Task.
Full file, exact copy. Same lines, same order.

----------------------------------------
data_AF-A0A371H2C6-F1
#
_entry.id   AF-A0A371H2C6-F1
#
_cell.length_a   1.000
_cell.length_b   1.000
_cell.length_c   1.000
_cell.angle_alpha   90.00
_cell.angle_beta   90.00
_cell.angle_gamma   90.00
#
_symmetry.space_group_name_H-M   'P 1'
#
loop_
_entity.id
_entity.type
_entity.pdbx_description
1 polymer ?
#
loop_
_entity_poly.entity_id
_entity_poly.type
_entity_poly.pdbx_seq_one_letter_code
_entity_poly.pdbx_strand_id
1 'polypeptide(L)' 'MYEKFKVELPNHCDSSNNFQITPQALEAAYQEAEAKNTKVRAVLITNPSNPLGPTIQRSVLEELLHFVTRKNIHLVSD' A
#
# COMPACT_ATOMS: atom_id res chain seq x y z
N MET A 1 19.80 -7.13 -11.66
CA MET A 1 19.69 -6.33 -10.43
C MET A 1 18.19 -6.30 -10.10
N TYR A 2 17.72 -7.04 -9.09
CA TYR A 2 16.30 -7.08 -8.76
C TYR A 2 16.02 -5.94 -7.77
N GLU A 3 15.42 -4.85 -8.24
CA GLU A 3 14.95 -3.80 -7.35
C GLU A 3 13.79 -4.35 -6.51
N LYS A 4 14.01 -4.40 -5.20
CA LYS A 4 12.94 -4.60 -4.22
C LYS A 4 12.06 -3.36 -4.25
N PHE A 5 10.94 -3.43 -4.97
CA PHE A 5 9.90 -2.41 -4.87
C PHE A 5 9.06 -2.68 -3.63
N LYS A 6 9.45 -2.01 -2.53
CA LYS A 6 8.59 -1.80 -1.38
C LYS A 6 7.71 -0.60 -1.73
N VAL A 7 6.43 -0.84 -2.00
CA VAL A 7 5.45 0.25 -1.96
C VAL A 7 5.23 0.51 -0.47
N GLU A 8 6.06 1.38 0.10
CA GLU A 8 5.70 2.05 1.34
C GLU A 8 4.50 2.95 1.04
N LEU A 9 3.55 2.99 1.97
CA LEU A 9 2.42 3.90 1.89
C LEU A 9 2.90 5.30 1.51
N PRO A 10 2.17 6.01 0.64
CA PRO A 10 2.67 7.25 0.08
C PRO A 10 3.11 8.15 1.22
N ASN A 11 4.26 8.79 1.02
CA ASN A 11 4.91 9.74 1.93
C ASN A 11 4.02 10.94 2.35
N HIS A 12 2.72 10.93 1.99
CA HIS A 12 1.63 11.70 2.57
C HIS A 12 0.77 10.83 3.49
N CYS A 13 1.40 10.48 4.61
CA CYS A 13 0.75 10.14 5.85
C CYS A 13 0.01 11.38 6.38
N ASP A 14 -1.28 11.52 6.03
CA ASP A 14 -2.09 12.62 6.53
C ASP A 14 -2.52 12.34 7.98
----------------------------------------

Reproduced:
data_AF-A0A371H2C6-F1
#
_entry.id   AF-A0A371H2C6-F1
#
_cell.length_a   1.000
_cell.length_b   1.000
_cell.length_c   1.000
_cell.angle_alpha   90.00
_cell.angle_beta   90.00
_cell.angle_gamma   90.00
#
_symmetry.space_group_name_H-M   'P 1'
#
loop_
_entity.id
_entity.type
_entity.pdbx_description
1 polymer ?
#
loop_
_entity_poly.entity_id
_entity_poly.type
_entity_poly.pdbx_seq_one_letter_code
_entity_poly.pdbx_strand_id
1 'polypeptide(L)' 'MYEKFKVELPNHCDSSNNFQITPQALEAAYQEAEAKNTKVRAVLITNPSNPLGPTIQRSVLEELLHFVTRKNIHLVSD' A
#
# COMPACT_ATOMS: atom_id res chain seq x y z
N MET A 1 19.80 -7.13 -11.66
CA MET A 1 19.69 -6.33 -10.43
C MET A 1 18.19 -6.30 -10.10
N TYR A 2 17.72 -7.04 -9.09
CA TYR A 2 16.30 -7.08 -8.76
C TYR A 2 16.02 -5.94 -7.77
N GLU A 3 15.42 -4.85 -8.24
CA GLU A 3 14.95 -3.80 -7.35
C GLU A 3 13.79 -4.35 -6.51
N LYS A 4 14.01 -4.40 -5.20
CA LYS A 4 12.94 -4.60 -4.22
C LYS A 4 12.06 -3.36 -4.25
N PHE A 5 10.94 -3.43 -4.97
CA PHE A 5 9.90 -2.41 -4.87
C PHE A 5 9.06 -2.68 -3.63
N LYS A 6 9.45 -2.01 -2.53
CA LYS A 6 8.59 -1.80 -1.38
C LYS A 6 7.71 -0.60 -1.73
N VAL A 7 6.43 -0.84 -2.00
CA VAL A 7 5.45 0.25 -1.96
C VAL A 7 5.23 0.51 -0.47
N GLU A 8 6.06 1.38 0.10
CA GLU A 8 5.70 2.05 1.34
C GLU A 8 4.50 2.95 1.04
N LEU A 9 3.55 2.99 1.97
CA LEU A 9 2.42 3.90 1.89
C LEU A 9 2.90 5.30 1.51
N PRO A 10 2.17 6.01 0.64
CA PRO A 10 2.67 7.25 0.08
C PRO A 10 3.11 8.15 1.22
N ASN A 11 4.26 8.79 1.02
CA ASN A 11 4.91 9.74 1.93
C ASN A 11 4.02 10.94 2.35
N HIS A 12 2.72 10.93 1.99
CA HIS A 12 1.63 11.70 2.57
C HIS A 12 0.77 10.83 3.49
N CYS A 13 1.40 10.48 4.61
CA CYS A 13 0.75 10.14 5.85
C CYS A 13 0.01 11.38 6.38
N ASP A 14 -1.28 11.52 6.03
CA ASP A 14 -2.09 12.62 6.53
C ASP A 14 -2.52 12.34 7.98